The first British Methodist missionaries came to Upper Burma in 1887 and the last left in 1966. They were known as 'Wesleyans' before 1932 and afterwards as 'Methodists'. This book is a study of the ambitions, activities and achievements of Methodist missionaries in northern Burma from 1887-1966 and the expulsion of the last missionaries by Ne Win. Henry Venn, the impeccably evangelical Secretary of the Church Missionary Society (CMS), was the most distinguished and inspiring of nineteenth-century mission administrators. Wesleyan missionaries often found property development more congenial than saving souls. In Pakokku in December 1905, a 'weak' American missionary from Myingyan and a couple of Baptist Burman government officials began 'totally immersing' Wesleyans. Proselytism was officially frowned upon in the Indian Empire. The Wesley high schools were extraordinarily successful during the early years of the twentieth century. The Colonial Government was investing heavily in education. A bamboo curtain descended on Upper Burma in May 1942. Wesley Church Mandalay was gutted during the bombing raids of April 1942 and the Japanese requisitioned the Mission House and the Girls High School soon afterwards. General Ne Win was ruthlessly radical in 1962. By April 1964 Bishop was the last 'front-line' Methodist missionary in Upper Burma and the last European of any sort in Monywa. The book pulls together the themes of conflict, politics and proselytisation in to a fascinating study of great breadth.
became the Methodists’ unofficial wartime headquarters, just as U Po Tun was their unofficial leader. 16 Wesley Church Mandalay had been gutted during the bombing raids of April 1942 and the Japanese requisitioned the Mission House and the Girls High School soon afterwards. The Methodists reopened a small school in Mahazayabon and they held weekly services in Saya Klaipo’s house. 17 The regular Burmese congregation was augmented from time to time by an eclectic mixture of Buddhists, ‘Burmese princes’ and
buildings crashing down. 13 On the other hand, Wesley Church Mandalay had been repaired, work had started on rebuilding the Monywa Mission House, the army had handed back the Mawlaik Mission House and some redundant village schools had been sold off. 14 Firth and Reed began to bombard the Missionary Society with requests for grants to repair and rerepair war-damaged buildings. Wesley Church Mandalay was a case in point. It had been gutted during the war, restored, reopened in April 1949, damaged again when government forces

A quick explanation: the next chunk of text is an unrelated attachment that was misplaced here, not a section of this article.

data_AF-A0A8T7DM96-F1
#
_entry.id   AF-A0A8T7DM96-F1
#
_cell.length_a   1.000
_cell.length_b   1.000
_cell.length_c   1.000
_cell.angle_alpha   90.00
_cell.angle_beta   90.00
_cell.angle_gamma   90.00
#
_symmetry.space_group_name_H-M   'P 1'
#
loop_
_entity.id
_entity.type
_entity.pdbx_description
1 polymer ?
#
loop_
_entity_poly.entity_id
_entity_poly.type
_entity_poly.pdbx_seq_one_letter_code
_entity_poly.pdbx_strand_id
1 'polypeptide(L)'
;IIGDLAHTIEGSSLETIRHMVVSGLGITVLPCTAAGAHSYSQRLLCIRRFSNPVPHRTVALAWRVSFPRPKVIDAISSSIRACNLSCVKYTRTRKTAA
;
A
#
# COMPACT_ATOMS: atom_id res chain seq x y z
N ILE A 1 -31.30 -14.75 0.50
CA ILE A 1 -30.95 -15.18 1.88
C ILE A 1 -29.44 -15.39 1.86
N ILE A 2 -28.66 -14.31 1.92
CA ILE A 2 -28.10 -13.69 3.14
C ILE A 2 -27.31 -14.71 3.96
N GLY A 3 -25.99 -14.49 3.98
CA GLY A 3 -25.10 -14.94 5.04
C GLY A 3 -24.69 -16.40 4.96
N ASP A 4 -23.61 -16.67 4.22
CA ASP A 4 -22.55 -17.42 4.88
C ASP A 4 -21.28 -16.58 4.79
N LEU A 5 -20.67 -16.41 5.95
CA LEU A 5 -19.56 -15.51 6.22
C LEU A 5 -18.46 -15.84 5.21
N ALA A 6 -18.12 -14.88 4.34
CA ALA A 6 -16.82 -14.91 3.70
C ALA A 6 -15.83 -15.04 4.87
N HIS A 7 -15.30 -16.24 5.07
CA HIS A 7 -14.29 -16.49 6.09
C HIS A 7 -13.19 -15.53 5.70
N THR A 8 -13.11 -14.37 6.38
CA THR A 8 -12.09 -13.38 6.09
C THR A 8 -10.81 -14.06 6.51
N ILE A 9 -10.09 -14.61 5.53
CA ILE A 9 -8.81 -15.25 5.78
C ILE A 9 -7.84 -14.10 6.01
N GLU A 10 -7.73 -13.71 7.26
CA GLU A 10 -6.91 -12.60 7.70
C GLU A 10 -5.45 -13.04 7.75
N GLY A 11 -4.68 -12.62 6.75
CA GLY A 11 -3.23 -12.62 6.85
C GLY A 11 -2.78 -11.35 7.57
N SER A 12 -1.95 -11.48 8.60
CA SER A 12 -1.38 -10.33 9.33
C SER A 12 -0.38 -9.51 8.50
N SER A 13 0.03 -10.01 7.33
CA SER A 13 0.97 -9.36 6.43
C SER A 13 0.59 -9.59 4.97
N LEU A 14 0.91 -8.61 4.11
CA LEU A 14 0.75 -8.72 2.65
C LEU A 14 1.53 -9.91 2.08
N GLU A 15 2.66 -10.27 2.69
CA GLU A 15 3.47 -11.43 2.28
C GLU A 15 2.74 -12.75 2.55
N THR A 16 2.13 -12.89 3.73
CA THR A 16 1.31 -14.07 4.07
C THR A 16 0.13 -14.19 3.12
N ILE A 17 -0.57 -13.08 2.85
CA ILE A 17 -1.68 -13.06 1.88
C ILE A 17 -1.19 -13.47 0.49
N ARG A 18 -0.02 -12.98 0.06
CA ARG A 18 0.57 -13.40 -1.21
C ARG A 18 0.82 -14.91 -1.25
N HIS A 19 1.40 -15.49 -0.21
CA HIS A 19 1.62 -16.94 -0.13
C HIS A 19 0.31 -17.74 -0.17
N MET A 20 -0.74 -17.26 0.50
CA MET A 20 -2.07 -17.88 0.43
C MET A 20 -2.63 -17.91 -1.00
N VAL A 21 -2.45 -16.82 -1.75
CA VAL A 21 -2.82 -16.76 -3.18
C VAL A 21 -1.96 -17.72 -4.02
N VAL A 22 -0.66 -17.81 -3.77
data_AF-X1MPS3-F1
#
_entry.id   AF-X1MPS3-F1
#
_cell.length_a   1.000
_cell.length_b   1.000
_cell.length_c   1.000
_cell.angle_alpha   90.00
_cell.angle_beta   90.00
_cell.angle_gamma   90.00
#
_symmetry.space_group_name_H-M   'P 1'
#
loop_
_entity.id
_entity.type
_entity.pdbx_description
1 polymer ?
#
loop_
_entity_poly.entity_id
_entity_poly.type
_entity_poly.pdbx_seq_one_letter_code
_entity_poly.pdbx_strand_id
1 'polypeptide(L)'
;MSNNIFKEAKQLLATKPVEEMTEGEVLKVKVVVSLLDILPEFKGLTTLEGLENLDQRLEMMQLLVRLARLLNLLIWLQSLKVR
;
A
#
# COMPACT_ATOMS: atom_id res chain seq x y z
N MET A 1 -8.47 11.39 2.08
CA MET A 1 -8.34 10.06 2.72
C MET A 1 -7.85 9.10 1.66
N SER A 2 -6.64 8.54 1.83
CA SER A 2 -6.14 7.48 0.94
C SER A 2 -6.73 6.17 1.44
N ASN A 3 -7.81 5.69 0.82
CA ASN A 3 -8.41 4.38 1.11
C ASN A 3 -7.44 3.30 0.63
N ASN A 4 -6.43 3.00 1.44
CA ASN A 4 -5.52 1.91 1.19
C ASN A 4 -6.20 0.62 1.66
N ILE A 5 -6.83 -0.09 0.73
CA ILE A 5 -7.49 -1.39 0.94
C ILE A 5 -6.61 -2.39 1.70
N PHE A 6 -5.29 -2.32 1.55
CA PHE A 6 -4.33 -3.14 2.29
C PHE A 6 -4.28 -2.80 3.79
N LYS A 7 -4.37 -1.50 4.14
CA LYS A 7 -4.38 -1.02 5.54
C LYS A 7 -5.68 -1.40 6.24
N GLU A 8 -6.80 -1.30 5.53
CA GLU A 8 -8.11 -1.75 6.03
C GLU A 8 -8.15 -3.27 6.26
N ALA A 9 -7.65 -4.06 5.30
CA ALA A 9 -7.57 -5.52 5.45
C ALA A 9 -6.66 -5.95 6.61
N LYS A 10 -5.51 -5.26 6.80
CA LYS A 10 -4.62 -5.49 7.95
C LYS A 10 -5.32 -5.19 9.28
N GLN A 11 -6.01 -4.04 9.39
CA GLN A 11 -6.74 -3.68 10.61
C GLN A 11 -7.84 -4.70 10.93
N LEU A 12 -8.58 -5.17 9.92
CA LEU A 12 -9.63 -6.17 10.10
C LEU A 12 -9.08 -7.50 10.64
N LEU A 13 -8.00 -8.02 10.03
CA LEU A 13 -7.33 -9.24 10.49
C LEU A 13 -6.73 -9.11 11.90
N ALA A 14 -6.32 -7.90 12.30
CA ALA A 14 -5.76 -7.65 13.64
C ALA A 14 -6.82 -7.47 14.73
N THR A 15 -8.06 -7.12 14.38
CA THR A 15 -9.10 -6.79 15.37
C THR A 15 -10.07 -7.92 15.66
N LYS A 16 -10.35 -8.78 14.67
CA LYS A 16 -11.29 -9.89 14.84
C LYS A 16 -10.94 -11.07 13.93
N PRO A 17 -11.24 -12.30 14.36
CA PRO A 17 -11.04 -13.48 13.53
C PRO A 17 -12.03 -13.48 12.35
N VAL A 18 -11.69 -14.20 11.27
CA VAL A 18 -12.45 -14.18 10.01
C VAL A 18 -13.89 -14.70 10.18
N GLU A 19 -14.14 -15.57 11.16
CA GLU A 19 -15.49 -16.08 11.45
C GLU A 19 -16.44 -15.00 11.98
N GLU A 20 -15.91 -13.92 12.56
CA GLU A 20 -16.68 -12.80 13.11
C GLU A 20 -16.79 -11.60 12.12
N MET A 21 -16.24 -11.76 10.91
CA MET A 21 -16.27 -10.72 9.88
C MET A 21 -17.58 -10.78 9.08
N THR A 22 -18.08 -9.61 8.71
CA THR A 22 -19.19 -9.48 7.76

’. Willans picked up only garbled snippets of news. He heard that Methodist ministers had defended church property against insurgents and that dacoits were ‘causing considerable trouble’. There were some hopeful signs in Rangoon by December 1950. Imported medicines and printing paper began to appear in shops and Christian Chin soldiers were hailed as heroes. Willans was told that most of the large towns were now in government hands and that Wesley Church Mandalay had ‘been nobly renovated’. 60 Notwithstanding Willans’s optimism
Ohn and Dr Jamaldin, for example, are leaders in the Mandalay Church today. 25 Several church members are employed in the District Office and the YMCA, and they live on land previously occupied by the Mandalay Girls and Boys Wesley High Schools. 26 U Tin Maung Htwe (1948–2009) is a notable exception. He was one of the few active politicians in the Church (Interview, 2007). A graduate civil engineer and treasurer of Wesley Church Mandalay, he was brave, astute
Church Mandalay; d. 1963. 12 SOAS/WMMS/Correspondence/FBN2/Walters–Goudie, 7 August 1924, Shepherd– Noble, 13 March 1924 and Synod Minutes, January 1924. Ma Chit was a Baptist who forged Po Tun’s signature in a post office savings book; the birth certificate proved that Maung Thein Maung was the father of her son. 13 Winston, Four Years in Upper Burma , pp. 228–229. 14 SOAS/WMMS/Minutes/FBN1/Pakokku Circuit Report, 31 December 1911
), Maung Maung Galay, Maung Soe, Saya U Myint, Maung Chein (‘everybody’s friend’), Saya Po Maung and U Po Min, an inmate in the Leper Home ‘for the past fifty years’, all died in 1941. 107 In December 1941 people crammed anxiously into Wesley Church Mandalay for the carol service. A tearful Christmas concert was held in the Girls High School. War swept towards Upper Burma and it signalled the end of an era. Notes 1 D.W. Bebbington, ‘Atonement, Sin and Empire, 1880–1914’, in The Imperial
people on the ground. For nationalist students the next few months were euphoric, but they were catastrophic as far as the Wesleyan missionaries were concerned. News that the Methodist schools were being attacked filtered into Wesley Church Mandalay where Synod was meeting in January 1939. The police were overstretched and Burmese newspapers had inflamed ‘the public with gross exaggeration’. The ‘formlessness of the unrest’ was perplexing because the protestors made no ‘formulated demands’. They seemed only to believe